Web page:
The CBF, Brazilian football’s governing body, has taken the decision to implement Video Assistant Referee technology in the Campeonato Brasileiro after a controversial incident in which Corinthians striker Jô used his arm to score the winning goal in Sunday’s game against Vasco Da Gama. Bizarrely, the CBF have opted not to test the technology in any top-flight games, instead decreeing that it will be implemented immediately, starting with next weekend’s league matches.
On Monday morning, in light of the incident in which Jô put the ball in the net with his right arm, the Vasco president Eurico Miranda went directly to the office of the president of the CBF, Marco Polo Del Nero, and chief of the refereeing committee, Colonel Marcos Marinho, to complain. After the meeting Del Nero ordered Marinho to implement the technology forthwith in order to avoid further errors. It was initially intended to be introduced only in 2019 after further testing.
The hasty decision has been greeted with surprise and derision by Brazilians, who see it as another shining example of the incompetence that governs the beautiful game in this country.
That view is hard to argue with. VAR has only been tested in two official games in Brazil; the first and second legs of the Pernambucano State Championship final between Sport Recife and Salgueiro. In the first of those games, as I highlighted here, it took the officials six minutes to come to a conclusion over a 93rd minute penalty. Any such teething problems in a game of any consequence in the national championship would have widespread repercussions.
Two hours after the decision to implement VAR was announced, the CBF made a further statement saying that the technology will not be used in every game as some stadiums in the top-flight do not have the necessary infrastructure to accommodate the extra officials. It is truly ridiculous to introduce video referees at a point in time when not all matches will be treated equally and could clearly have some disastrous effects.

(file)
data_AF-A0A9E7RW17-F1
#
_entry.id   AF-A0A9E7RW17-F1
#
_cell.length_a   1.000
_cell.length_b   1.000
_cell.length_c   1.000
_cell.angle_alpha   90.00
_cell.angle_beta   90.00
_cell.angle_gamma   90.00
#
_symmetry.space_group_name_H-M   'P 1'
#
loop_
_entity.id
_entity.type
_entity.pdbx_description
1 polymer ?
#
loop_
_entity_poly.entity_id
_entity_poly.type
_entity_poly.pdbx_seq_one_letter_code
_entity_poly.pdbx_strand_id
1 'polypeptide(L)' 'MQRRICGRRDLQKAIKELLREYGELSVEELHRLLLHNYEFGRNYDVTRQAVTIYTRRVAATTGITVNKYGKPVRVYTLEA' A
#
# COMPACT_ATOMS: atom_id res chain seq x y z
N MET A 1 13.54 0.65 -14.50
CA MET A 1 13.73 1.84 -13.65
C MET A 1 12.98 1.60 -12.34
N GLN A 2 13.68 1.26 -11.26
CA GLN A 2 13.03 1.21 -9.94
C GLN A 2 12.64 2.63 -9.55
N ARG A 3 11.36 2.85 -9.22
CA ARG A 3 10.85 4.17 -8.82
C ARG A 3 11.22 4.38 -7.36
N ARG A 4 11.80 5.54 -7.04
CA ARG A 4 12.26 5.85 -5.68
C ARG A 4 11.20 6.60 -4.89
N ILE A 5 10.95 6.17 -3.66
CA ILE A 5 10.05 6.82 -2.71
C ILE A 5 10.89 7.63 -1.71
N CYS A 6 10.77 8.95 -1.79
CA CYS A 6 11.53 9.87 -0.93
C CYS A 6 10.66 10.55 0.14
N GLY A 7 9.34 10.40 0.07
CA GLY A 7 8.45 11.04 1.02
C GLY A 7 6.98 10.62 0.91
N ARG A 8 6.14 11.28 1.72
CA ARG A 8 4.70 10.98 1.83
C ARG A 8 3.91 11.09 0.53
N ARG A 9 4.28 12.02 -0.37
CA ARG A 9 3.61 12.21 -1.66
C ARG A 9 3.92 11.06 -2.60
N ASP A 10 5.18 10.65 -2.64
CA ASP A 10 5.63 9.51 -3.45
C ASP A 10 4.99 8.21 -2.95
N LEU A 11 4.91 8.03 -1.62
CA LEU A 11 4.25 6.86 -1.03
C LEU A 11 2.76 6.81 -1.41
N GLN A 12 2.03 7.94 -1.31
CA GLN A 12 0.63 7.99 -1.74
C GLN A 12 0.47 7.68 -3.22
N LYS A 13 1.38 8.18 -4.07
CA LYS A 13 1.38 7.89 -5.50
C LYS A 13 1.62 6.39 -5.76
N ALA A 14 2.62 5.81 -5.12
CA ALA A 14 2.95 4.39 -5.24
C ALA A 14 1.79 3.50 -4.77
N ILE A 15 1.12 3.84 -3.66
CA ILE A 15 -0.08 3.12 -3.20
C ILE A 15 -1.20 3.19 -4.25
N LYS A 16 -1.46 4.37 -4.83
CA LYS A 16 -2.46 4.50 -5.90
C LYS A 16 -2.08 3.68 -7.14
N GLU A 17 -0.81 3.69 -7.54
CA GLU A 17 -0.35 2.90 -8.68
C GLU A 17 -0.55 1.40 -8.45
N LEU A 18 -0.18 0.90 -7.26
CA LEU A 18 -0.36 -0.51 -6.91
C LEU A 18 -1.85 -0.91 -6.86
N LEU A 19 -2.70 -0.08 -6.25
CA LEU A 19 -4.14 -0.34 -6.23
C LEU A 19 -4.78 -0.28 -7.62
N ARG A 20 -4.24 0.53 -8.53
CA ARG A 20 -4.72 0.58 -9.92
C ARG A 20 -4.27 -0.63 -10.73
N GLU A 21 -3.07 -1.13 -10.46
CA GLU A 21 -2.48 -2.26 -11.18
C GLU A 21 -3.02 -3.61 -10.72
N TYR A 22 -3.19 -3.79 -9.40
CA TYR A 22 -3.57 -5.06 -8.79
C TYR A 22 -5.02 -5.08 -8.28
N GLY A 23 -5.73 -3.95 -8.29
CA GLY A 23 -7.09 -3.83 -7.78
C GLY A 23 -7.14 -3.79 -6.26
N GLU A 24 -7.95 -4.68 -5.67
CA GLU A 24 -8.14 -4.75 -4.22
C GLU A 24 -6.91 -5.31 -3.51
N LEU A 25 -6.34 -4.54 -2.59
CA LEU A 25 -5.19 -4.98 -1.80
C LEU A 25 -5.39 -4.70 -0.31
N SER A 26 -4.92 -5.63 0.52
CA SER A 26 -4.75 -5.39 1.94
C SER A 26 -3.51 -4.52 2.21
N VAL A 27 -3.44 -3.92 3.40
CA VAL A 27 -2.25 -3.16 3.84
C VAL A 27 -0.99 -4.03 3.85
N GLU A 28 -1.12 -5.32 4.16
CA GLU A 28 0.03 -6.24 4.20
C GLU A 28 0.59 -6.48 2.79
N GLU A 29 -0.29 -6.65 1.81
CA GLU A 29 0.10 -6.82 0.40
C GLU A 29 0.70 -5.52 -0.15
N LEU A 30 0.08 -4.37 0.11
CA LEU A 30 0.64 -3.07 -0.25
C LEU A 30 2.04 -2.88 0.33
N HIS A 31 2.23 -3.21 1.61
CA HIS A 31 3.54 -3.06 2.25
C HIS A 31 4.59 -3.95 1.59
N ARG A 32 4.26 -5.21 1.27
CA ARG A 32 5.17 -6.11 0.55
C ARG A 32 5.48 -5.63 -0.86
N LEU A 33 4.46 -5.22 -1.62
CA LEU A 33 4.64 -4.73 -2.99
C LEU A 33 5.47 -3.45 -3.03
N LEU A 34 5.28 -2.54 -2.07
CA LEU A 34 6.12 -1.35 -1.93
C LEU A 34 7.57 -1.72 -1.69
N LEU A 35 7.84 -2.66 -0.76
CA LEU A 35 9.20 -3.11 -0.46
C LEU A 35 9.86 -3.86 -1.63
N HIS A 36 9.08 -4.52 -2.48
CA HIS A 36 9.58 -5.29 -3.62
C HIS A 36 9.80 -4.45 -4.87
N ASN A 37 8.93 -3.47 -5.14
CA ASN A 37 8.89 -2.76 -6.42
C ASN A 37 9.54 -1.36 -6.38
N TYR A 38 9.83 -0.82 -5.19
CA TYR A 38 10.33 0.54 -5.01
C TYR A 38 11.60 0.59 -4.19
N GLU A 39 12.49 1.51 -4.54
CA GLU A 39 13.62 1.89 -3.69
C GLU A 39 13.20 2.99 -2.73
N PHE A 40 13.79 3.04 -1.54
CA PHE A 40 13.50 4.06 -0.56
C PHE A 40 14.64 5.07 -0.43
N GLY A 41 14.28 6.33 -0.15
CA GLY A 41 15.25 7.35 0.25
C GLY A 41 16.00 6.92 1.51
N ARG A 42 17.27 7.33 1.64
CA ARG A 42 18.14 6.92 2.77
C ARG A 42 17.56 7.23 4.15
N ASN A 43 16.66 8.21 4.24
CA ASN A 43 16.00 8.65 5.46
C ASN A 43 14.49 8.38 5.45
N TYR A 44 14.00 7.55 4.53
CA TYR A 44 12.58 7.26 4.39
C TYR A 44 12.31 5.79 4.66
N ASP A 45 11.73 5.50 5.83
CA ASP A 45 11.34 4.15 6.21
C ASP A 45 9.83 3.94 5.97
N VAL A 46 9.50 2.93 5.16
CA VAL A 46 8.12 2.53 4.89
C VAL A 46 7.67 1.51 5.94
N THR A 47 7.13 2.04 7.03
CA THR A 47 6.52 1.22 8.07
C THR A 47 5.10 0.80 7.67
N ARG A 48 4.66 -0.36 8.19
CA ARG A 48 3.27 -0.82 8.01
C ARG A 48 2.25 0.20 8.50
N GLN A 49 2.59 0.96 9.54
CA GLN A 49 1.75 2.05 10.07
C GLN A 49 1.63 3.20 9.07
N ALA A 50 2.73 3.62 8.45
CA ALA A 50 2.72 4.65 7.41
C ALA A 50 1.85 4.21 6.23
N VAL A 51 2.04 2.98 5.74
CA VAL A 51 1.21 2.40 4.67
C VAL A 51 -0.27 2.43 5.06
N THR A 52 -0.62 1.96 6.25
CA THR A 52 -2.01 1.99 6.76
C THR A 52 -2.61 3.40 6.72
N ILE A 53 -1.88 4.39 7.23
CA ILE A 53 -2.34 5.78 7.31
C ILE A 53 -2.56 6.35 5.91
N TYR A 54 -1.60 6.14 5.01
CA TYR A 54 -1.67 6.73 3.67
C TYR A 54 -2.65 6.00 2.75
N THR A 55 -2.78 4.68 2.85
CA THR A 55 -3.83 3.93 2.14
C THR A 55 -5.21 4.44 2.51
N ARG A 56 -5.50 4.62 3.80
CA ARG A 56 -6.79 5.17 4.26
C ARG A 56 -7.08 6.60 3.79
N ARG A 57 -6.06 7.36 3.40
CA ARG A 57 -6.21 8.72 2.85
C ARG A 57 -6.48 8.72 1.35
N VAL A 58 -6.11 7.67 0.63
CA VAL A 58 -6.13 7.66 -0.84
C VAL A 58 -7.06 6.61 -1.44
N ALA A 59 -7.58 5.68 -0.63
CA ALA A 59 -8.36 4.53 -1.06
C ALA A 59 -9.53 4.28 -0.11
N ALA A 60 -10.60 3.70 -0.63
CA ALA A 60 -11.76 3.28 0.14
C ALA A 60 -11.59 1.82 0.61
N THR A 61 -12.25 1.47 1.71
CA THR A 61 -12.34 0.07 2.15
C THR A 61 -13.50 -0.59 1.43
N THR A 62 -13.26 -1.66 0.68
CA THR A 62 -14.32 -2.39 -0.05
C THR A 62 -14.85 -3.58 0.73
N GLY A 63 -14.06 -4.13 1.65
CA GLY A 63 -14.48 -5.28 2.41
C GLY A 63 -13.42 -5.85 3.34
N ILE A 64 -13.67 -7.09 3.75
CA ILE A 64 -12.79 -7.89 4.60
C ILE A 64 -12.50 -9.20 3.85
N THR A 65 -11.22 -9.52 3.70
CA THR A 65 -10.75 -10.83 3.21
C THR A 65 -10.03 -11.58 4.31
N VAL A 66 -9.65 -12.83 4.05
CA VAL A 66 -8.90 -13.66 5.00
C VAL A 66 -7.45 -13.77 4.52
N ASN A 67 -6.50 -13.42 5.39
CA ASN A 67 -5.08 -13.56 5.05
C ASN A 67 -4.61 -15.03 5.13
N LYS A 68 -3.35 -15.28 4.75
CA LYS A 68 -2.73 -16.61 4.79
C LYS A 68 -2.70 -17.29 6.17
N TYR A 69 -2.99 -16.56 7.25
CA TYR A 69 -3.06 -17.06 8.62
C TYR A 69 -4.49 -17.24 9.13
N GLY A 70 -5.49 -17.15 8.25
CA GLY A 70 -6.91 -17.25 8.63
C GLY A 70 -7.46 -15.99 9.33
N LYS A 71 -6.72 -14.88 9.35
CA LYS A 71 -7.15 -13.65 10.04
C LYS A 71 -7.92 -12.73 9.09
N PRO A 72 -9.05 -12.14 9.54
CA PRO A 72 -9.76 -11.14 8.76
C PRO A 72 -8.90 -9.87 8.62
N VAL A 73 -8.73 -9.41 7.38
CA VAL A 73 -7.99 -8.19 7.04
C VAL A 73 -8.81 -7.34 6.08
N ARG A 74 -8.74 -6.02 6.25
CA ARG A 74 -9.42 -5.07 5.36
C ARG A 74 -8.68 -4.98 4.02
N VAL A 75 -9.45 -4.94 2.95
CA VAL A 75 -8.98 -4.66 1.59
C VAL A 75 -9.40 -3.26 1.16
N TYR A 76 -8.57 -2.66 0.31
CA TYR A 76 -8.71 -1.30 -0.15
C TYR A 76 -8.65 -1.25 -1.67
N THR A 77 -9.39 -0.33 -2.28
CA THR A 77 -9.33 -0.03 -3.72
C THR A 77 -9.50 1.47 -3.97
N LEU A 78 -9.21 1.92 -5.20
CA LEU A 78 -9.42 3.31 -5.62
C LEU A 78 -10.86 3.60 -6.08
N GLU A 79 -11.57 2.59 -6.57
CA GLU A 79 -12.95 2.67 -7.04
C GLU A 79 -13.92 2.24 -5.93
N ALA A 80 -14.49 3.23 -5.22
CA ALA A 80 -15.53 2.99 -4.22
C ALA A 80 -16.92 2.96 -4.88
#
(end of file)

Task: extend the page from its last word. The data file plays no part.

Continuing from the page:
Colonel Marinho, when questioned by a Brazilian television reporter, was also unclear about the logistics of VAR. He could not, for example, say whether the screen would be placed at the side of the pitch, as it was for the Sport versus Salgueiro match, or whether there would be a team in a van outside the stadium, as is the case in Italy. He told the reporter that the CBF would carry out “further studies” to determine the best location. They had better get cracking.
The video officials will be allowed to officiate over the exact same matters as they were during this year’s Confederations Cup in Russia, where technology was used to (sometimes unsatisfactorily) resolve disputes over whether goals should stand, penalties, red cards and cases of mistaken identity.
It also seems odd not to wait at least a little longer as CBF officials and some of Brazil’s top referees are currently attending a course run by Conmebol, South American football’s governing body, designed to introduce them to the technology and lay the ground work for its implementation in future seasons.
The handball incident which triggered this decision has also been the cause of much consternation and soul-searching in the Brazilian press and on social media. Jô has been widely accused of hypocrisy, as he had called for more fair play in football earlier in the year after he benefitted from the candidness of a rival, Rodrigo Caio, who convinced the referee to rescind a yellow card he had mistakenly given to the ex-Manchester City forward.
Jô claimed that in the heat of the moment he was not sure which part of the body he had scored with and would have told the referee had he been certain it was an illegitimate goal.
In a tweet, journalist Rodrigo Mattos said; “1) Jô asks for more honesty in football, 2) he clearly scores a goal with his hand, 3) he says he doesn’t know if it hit his hand or not. Jô is a portrait of Brazil.”
Others piped up in a similar vein, with Estado de São Paulo columnist Antero Greco tweeting that, “Jô is not the face of Corinthians. That is basic provocation. But [he] is a reflection of how our society behaves.” Globo reporter Andrei Kampff also put his two pence worth in, saying that, “The discussion goes above and beyond Jô. It is about us. It is about our permanent mania of supporting what we think to be just but doing that which favours ourselves.”
To an outsider it may seem odd to equate a handball goal in a game of football with the moral decadence of an entire nation, but Brazil is a country currently dealing with huge questions of ethics and decency in all walks of life, centred mostly on the ongoing and wide-reaching Lava Jato inquiry into political corruption. Football, as is always the case, is merely acting as a mirror to the social context in which it finds itself.
(Featured image: Fernando Dantas/Gazeta Press)